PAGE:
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Multiple morbidity is associated with increased problems of food access in hospital: a cross-sectional survey utilising the Cumulative Illness Rating Scale

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Abstract Background: 

Problems of undernutrition are common in hospital in-patients. Multiple morbidity increases with age and may contribute to nutritional risks. This research aimed to determine whether increased burden of long-term conditions is associated with patients’ difficulties gaining access to food in hospital. Methods: 

A survey was implemented in 29 wards at four hospitals using a questionnaire measure of patients’ experiences of food access and the Cumulative Illness Rating Scale (CIRS) to evaluate the burden of long-term illness in each patient. Experiences of food access were evaluated in relation to CIRS score category using random effects logistic regression to adjust for age group, sex and clustering by ward. Results: 

Data were analysed for 764/1154 (66%) eligible participants, including 384 women. The median age was 60 years (range 18–96 years). CIRS scores were analysed using the categories 0 (104 patients), 1–3 (197), 4–6 (285), 7–9 (144) and ≥10 (34). When the CIRS was zero, 10% of patients experienced physical problems with food access, whereas, when the CIRS was ≥10, 41% experienced physical barriers to food access, adjusted odds ratio 3.65 (1.14–11.7, P = 0.029). Problems with food quality were experienced by 13% with CIRS = 0 and 32% with CIRS ≥ 10 (adjusted odds ratio 3.97, 1.35–11.6, P = 0.012). Participants with greater morbidity were more likely to report that depression, breathing difficulties or chewing and swallowing difficulties affected the amount of food that they ate at mealtimes. Conclusions:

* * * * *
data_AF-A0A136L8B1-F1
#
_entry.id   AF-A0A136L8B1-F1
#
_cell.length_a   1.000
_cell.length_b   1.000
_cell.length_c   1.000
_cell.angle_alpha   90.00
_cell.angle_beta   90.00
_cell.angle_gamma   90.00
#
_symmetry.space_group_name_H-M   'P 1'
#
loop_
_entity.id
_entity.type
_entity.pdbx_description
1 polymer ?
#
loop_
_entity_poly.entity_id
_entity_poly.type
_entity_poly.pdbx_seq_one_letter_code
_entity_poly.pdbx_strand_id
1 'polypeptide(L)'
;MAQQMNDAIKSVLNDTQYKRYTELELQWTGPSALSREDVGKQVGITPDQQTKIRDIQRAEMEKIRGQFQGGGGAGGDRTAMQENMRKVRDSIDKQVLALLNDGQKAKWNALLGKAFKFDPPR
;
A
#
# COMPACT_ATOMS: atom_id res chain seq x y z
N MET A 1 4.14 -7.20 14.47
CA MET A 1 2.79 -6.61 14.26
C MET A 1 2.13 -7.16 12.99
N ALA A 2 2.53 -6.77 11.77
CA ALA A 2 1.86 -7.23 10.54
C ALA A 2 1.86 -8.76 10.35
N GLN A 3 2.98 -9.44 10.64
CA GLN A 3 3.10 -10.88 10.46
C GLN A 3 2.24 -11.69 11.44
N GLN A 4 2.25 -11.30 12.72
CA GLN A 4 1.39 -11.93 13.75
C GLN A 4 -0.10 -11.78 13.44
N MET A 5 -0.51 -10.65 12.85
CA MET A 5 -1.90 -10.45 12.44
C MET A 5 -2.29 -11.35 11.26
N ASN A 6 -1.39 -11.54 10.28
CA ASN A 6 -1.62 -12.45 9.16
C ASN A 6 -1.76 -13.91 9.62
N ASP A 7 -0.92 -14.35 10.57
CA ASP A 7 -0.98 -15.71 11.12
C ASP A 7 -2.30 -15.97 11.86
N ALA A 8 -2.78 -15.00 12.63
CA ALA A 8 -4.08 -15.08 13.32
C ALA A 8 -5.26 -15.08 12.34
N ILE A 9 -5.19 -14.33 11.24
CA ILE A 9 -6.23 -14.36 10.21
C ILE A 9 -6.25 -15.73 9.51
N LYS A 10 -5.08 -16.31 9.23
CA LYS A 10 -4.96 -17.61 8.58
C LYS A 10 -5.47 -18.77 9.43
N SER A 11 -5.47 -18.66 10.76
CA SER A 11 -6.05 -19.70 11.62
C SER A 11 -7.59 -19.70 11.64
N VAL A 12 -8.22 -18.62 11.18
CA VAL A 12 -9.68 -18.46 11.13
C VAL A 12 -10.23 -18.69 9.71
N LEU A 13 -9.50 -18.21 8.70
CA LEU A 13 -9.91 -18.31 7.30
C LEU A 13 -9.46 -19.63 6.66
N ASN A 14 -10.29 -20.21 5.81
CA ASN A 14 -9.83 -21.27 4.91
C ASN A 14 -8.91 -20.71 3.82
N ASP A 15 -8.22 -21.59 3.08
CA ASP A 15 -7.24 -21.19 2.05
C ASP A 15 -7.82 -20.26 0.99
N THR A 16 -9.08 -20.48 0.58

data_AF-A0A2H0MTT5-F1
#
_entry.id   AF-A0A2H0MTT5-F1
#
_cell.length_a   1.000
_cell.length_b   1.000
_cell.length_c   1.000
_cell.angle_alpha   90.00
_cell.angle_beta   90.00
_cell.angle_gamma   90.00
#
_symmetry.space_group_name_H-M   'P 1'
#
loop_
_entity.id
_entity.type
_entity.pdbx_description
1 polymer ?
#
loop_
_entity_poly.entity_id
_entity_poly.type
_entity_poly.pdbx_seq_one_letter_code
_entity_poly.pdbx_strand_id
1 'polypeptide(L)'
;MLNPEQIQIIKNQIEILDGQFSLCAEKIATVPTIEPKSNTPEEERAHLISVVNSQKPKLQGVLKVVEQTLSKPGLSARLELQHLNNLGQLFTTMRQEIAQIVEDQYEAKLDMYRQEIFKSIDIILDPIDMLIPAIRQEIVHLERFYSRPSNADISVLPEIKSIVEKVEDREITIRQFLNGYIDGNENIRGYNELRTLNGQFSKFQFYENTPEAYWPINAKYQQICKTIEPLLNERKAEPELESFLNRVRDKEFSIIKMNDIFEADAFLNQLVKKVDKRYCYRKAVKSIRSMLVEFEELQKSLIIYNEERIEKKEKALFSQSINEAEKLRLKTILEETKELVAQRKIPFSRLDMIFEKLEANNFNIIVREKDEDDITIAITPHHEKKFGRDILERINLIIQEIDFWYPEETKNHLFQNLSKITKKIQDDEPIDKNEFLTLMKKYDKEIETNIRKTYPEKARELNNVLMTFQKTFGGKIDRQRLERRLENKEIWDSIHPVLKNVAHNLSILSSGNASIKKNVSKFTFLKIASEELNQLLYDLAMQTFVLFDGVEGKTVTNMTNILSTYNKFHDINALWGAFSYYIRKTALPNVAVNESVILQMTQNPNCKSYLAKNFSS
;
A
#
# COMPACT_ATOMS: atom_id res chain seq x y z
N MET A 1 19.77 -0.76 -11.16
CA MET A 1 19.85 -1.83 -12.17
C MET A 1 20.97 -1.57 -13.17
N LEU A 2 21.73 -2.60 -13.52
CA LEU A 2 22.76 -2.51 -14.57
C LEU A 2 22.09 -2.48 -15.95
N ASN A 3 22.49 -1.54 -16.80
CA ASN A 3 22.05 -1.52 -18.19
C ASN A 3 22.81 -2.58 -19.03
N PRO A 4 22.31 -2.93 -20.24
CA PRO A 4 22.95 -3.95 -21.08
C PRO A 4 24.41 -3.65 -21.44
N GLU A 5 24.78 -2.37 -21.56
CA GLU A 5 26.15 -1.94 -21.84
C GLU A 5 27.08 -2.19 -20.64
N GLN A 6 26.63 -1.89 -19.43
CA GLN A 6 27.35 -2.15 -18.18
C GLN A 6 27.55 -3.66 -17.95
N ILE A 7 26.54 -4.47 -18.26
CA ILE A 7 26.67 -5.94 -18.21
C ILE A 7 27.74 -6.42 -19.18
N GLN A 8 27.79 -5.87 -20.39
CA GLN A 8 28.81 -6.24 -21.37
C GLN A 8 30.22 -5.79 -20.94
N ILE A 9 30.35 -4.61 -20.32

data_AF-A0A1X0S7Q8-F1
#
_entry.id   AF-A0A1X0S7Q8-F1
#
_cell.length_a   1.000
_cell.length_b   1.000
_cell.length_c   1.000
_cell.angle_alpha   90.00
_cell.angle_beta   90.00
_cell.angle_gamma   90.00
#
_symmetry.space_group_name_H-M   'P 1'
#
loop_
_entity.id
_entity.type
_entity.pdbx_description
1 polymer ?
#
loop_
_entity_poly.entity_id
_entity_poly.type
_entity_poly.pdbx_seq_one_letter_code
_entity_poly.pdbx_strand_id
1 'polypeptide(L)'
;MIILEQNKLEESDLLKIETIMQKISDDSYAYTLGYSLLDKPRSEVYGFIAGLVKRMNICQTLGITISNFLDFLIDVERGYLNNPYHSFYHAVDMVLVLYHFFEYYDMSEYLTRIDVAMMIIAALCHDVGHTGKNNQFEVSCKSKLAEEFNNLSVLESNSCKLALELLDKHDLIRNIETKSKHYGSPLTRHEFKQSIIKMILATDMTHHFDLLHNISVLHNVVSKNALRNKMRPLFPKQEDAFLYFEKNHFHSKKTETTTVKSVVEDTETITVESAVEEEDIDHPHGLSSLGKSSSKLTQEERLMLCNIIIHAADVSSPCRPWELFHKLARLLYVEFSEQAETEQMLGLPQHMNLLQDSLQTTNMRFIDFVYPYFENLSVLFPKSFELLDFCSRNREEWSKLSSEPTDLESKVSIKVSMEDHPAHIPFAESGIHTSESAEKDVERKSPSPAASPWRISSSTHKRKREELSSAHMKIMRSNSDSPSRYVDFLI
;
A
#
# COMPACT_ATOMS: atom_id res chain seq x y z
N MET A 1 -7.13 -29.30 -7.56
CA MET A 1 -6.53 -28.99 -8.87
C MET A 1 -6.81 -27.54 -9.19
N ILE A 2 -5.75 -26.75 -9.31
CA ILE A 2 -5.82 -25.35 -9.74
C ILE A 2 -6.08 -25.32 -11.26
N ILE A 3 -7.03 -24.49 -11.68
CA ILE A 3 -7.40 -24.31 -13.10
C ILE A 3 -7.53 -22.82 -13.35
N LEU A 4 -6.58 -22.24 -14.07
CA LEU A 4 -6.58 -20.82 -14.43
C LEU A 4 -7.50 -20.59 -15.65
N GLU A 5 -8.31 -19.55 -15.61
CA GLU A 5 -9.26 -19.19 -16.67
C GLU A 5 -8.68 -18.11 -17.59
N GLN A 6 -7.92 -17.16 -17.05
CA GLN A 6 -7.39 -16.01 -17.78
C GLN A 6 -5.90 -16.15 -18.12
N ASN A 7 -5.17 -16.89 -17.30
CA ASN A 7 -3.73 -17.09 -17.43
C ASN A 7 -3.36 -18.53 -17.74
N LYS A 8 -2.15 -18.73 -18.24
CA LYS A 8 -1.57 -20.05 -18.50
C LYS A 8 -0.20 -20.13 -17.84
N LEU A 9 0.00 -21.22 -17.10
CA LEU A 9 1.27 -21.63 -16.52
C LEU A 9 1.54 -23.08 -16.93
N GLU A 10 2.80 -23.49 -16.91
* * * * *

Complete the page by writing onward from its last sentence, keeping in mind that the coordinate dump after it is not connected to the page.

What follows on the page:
Patients with multiple morbidities are more vulnerable to experiencing physical barriers to accessing food and increased concerns with food quality. Assessing barriers to food access is particularly important in multiple morbidity.
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Keywords: chronic illnesses; comorbidity; feeding difficulties; food service; hospital; malnutrition; patient care

Document Type: Research Article

Affiliations: 1: Department of Public Health Sciences, King’s College London, London, UK 2: Nutritional Sciences Division, King’s College London, London, UK

Publication date: 01 December 2010

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